Wow, with having this line-up in action you have to be prepared for grandiose intergalactic voyage, just like indicated by its title and cover picture (design by Jeff Kowal/Terra Ambient). And the opening "Perpective Of Disappearance" (first part of subtitle "Realm Of The Spirit") only proves these words as it immediately transports each listener into colossal cosmic spheres with its peacefully floating washes, few dramatic outbursts and generated choirs color the composition here and there, but the overall feel is of very smooth ethereal and romantic nature. The title composition of the first subtitle, "Realm Of The Spirit", returns to primordial grounds with Zero Ohms/Richard Roberts' suggestive flute work, stunningly melting the modern and the ancient, really gorgeous soundscaping at its most serene level!!! "Oceans Of The Heavens", the sole part of the second subtitle "Akasha", shifts the mood towards the celestial sound painting with circling and slowly evolving texture, getting at times more massive and dramatic and showcasing beautiful interplay of monumental skyscapes and moments of silence enriched at the very end by choir-like sounds. Absolutely breathtaking composition and truly imaginative and fascinating deep space journeying!!! "One Moment Beyond", the entry part of the last "Beyond The Portal" subtitle, drifts in much quieter and static celestial manner with naturally and warmly floating sound waves, nicely colored in its second part with Zero Ohms' flute magic. Strongly evocative piece of music!!! It freely crosses into "Active Side Of Infinity" that soon transports the listener into more breathing and ever-changing territory with strong cinematic, almost orchestral-like feel, what a gracious beauty!!! The closing title composition "Beyond The Portal" is more energizing with mid-paced structure, and even if more earthy sounding, it provides highlighting finale for this impressive and crafted deep space exploration!!! "Beyond The Portal" is outstanding in every aspect, filled with emotional depth and elegant sound sculpting, a really graceful and sophisticated work by three respected fellow travelers!!!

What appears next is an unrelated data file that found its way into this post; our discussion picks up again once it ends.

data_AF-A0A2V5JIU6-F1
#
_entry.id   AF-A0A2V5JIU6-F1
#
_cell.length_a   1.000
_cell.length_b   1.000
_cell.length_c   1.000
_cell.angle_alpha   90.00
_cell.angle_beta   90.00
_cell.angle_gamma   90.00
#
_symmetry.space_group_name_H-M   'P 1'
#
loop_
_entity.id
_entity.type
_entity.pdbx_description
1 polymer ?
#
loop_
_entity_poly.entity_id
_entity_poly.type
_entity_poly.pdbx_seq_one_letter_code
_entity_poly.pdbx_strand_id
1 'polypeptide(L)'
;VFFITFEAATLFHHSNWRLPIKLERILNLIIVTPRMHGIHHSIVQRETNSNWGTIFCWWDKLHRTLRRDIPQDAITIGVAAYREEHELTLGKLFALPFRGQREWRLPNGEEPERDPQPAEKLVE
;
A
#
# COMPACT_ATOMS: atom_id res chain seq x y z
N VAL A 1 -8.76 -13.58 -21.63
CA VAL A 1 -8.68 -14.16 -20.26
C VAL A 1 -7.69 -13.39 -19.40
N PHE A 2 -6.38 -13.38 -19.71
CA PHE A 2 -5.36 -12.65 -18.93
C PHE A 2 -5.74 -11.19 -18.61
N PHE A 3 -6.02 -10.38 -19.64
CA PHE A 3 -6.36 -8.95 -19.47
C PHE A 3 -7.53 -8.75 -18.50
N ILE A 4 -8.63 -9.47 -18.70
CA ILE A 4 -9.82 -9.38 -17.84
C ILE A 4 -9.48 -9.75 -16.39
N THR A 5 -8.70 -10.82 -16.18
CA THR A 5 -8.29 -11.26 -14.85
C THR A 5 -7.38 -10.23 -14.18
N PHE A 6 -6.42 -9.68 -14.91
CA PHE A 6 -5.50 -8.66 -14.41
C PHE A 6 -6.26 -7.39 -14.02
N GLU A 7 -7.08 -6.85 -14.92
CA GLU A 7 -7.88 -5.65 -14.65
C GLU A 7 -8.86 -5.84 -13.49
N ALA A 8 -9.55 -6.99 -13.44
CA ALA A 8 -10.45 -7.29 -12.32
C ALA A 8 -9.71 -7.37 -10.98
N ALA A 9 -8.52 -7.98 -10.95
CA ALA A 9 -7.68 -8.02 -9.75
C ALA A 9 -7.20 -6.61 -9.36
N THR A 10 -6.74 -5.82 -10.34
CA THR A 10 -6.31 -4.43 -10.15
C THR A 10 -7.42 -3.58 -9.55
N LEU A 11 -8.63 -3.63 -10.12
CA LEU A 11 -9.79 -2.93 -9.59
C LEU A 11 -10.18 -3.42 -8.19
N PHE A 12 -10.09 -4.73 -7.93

- Richard Guertler, Relaxed Machinery

A review from Amazing Sounds | Read Full Review
will excite Space Ambient aficionados

Beyond the Portal’ will excite Space Ambient aficionados. The three musicians combine their respective artistic influences very well, their music possesses a freshness, capable of grabbing the listener's attention immediately. The album contains six electronic themes that develop slowly. The pieces are full of floating melodies, almost static, and very pleasant to listen to. The artists achieve in them a very effective, attractive and even meditative atmosphere. The music transpires serenity and harmony from each one of the notes.

- Eduardo Fontana, Amazing Sounds

A review from Exposé Magazine (issue 37) | Read Full Review
a great soundtrack for freeing your mind

Craig Padilla, and by association Skip Murphy, both analog synthesists, should be known to readers of Exposé (see our feature a few issues back by Roel Steverink), and I believe Zero Ohms (real identity: flautist Richard Roberts) has appeared in our reviews section as well. A few years back, Roberts and Padilla micro-released a disc titles Path Of Least Resistance, and Beyond The Portal seems to be picking up where that earlier collaboration left off. Though much of this seems improvised in realtime, the three lengthy suites that encompass six cuts adopt a subtly stated introspective approach, though at the same time they remain fairly busy in a compositional sense, informed by a slight ethnic feel via the flute work, which tends to carry on at a high level while the foundation and shifting layers of tonal colors are manipulated by the two synthesists. Always moving forward and changing directions, ideas move in and out of focus as it proceeds. Very little here is sequenced in the classic sense; the flow is far more natural – the pieces breathe. expand, blossom and contract like some kind of living organism. There is a sense of repetition, but the evolution moves slowly enough that it's hard to discern the paths previously taken from the ones that lie ahead as the sounds drift and flow in a dreamlike continuum. All taken, this is a great soundtrack for freeing your mind.